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New President of Whittier College Is Widely Hailed

March 26, 1989|MICHELE FUETSCH | Times Staff Writer

WHITTIER — James L. Ash Jr., selected last week to be president of Whittier College, is described by colleagues as one of the brightest, most creative administrators in higher education.

Ash is now vice provost for student affairs at the University of Miami, a private university of 13,000 students in Coral Gables, Fla.

The 43-year-old historian, an ordained Presbyterian minister, is credited with raising student enrollment in the university's honors program from 200 to 1,300. He also drew praise for helping set up a residential dormitory program modeled after programs at America's Ivy League colleges, which borrowed the idea from England's Oxford and Cambridge universities.

Ash will become Whittier's 12th president in July, succeeding Eugene S. Mills, 63. Mills announced last fall that he will retire in June after a decade as president of the small but venerable college, which has been suffering from declining enrollment and chronic budget problems.

Vote Was Unanimous

Trustees of the 101-year-old college and its 500-student law school voted unanimously at a special meeting Wednesday night to give the post to Ash.

He says he was not looking for a job.

"I was minding my own business in Miami," he said, when he received a call asking if he would be interested. "And the more I discovered, the more I was convinced that Whittier College was an academic jewel."

In a brief telephone interview from Miami, Ash said: "The challenges are the same challenges that every liberal arts college faces in the next five years in this country." Two of the most important challenges, he said, are retaining a quality faculty and overcoming what he calls "unfavorable demographics," a shrinking pool of college-age youngsters.

The next three years, he said, represent a valley in college admissions because there will be fewer people turning 18 and starting college than in previous years. And, as the older academic generation retires and the Ph.D. glut that characterized the 1970s and '80s disappears, he said, there is fierce competition for bright young faculty members. Universities are raiding smaller colleges that hired the faculty members during the glut.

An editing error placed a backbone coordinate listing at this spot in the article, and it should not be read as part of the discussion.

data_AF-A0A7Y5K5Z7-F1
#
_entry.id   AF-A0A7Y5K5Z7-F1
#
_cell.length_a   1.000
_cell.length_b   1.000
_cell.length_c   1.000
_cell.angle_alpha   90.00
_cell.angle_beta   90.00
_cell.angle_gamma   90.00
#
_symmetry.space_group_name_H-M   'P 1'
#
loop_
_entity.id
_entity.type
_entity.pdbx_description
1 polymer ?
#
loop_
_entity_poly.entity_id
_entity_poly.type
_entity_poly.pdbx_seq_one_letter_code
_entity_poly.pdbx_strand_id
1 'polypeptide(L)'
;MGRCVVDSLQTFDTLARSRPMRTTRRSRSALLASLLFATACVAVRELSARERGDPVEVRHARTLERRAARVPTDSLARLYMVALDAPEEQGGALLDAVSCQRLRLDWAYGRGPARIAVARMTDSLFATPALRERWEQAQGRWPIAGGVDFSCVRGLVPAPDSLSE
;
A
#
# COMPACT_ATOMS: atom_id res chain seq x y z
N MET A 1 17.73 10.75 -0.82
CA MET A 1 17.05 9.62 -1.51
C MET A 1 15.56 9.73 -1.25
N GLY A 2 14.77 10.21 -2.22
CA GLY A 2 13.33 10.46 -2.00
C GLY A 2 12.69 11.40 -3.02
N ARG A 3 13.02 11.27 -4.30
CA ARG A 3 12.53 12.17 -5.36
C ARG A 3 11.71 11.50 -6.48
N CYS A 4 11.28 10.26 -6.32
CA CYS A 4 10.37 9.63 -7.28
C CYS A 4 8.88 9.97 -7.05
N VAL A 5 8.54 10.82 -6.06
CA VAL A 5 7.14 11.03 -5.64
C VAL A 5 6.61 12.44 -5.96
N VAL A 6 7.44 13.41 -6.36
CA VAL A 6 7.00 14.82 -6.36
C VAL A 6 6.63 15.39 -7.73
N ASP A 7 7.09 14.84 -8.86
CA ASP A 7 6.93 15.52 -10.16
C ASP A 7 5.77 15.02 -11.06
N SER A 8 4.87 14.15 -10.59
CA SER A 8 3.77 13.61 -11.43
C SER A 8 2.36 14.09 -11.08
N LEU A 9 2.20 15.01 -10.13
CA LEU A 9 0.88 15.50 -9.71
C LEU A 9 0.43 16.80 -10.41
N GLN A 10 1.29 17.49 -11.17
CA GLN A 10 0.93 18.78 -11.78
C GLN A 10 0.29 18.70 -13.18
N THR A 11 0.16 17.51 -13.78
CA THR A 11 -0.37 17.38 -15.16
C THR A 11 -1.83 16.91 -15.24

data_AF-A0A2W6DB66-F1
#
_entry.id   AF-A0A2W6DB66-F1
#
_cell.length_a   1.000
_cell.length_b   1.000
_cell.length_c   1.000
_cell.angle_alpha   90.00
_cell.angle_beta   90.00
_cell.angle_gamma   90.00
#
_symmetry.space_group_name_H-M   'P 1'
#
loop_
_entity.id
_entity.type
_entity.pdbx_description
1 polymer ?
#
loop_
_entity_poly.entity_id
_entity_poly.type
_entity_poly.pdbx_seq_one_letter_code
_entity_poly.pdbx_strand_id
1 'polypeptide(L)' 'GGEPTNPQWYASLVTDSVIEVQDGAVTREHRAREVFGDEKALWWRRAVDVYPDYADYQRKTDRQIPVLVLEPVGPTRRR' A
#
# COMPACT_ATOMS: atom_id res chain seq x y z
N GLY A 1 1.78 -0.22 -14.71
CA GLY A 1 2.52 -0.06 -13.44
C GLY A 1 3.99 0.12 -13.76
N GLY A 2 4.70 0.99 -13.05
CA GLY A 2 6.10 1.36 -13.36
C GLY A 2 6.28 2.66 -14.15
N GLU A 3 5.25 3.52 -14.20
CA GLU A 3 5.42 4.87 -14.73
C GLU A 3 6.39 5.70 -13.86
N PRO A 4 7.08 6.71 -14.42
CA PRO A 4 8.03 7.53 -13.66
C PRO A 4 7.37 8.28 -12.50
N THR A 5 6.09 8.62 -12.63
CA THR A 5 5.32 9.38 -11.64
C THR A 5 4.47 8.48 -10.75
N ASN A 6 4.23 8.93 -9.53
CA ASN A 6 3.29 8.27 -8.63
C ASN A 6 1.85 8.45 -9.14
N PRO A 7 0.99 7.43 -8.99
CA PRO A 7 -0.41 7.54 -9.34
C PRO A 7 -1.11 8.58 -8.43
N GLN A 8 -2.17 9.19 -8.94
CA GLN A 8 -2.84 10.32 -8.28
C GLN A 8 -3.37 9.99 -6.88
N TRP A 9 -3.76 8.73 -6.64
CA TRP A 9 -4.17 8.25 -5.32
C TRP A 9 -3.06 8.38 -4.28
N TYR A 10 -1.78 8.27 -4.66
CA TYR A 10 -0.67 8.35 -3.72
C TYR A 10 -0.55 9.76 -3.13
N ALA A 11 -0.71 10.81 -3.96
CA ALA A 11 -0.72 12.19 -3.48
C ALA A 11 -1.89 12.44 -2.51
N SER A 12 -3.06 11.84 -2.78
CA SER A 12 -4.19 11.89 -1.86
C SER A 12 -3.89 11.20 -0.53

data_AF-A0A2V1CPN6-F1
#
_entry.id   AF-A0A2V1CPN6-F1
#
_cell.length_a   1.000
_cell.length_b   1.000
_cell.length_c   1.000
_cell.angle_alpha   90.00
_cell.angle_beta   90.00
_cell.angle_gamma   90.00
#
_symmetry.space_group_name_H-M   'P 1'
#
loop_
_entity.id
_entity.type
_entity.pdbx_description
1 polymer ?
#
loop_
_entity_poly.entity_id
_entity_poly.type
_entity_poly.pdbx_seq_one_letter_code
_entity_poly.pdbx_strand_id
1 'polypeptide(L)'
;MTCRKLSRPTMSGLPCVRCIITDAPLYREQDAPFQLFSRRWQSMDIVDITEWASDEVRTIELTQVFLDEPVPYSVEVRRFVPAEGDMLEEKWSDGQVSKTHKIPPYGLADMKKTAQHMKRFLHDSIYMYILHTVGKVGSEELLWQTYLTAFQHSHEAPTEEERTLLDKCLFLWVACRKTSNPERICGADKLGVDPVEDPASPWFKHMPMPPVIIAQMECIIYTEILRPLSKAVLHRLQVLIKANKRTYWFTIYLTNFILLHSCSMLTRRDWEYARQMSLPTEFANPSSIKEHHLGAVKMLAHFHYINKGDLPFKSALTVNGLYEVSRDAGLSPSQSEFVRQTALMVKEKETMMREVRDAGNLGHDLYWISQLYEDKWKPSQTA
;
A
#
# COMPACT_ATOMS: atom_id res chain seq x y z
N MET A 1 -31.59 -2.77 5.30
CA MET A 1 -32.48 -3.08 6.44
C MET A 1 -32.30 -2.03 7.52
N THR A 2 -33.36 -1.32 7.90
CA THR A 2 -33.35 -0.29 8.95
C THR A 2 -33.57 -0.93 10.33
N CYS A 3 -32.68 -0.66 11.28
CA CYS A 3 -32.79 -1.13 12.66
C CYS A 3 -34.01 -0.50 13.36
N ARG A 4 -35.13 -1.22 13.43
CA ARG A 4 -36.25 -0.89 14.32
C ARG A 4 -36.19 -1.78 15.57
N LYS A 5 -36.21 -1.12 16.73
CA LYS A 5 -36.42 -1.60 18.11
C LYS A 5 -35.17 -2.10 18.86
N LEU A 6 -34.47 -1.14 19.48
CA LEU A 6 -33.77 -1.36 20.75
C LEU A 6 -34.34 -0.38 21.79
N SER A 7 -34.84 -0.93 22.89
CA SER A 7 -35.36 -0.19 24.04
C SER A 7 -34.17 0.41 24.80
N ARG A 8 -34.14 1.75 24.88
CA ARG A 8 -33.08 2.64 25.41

Ash acknowledged, too, that Whittier, compared to many other private colleges, has a meager endowment. But the man who always takes a positive approach to problems, according to one Miami colleague, put a positive face on the fund-raising aspect of his new job.

"Part of my responsibility will be to give the Southern California community a chance to participate in the strengthening of one of their major resources," Ash said.

He said he will maintain Whittier's generous scholarship policies, which some Whittier administrators have acknowledged contributed to the college's budget problems.

At Miami, Ash teaches one class a semester and says he will do the same at Whittier, although maybe not the first year. Ash joined the university in 1977 as an assistant professor of religious studies. He later served as chairman of the religious studies department.

He holds a Ph.D. in American social, religious and intellectual history, a master's degree from the University of Chicago, and a master's degree in theology from Southern Methodist University. He is a native of Texas and did his undergraduate work at Abilene Christian University.

He wrote "Protestantism in the American University," published by Southern Methodist University Press, and is finishing another book, "Primitivism in American Religion."

"That's what I do to keep intellectually alive and it's more like fun than work," Ash said of his writing.

Wife Has Dean's Job

His wife, Patricia Bryan Ash, will give up her job as assistant dean at the University of Miami Law School, to move to California. The couple have two daughters, ages 11 and 13.

Colleagues and students who were contacted at Miami last week viewed Ash's impending departure with regret.

"You run into people in your lifetime that have that kind of personality and seem to . . . inspire others," said David Kling, Ash's assistant at Miami. "That's why he's good for Whittier, because Whittier needs a shot in the arm."

"It is a tremendous gain for Whittier," said Deborah Perry, associate provost and dean of enrollments at Miami, where Ash is credited with transforming university enrollment by boosting the number of honors students, and with helping create the residential college system in which faculty families were moved into student living quarters, where seminars were held and learning labs were established.

"Rather than just being a place to sleep, (the dorm) became a place to live and learn," Perry said.

Bright and Creative

"He is one of the brightest, most creative higher education administrators in the country today," she said. "With Jim's guidance," she said, "the university has been able to bring itself into a stable enrollment environment."

To draw more honors students to the university, she said, Ash expanded the course offerings in the honors program and drew the best professors on campus into it.

Twice, students have named him professor of the year, said Robert S. Marshall, assistant news editor of the university newspaper. "He's very respected by everyone on campus who comes in contact with him," Marshall said.

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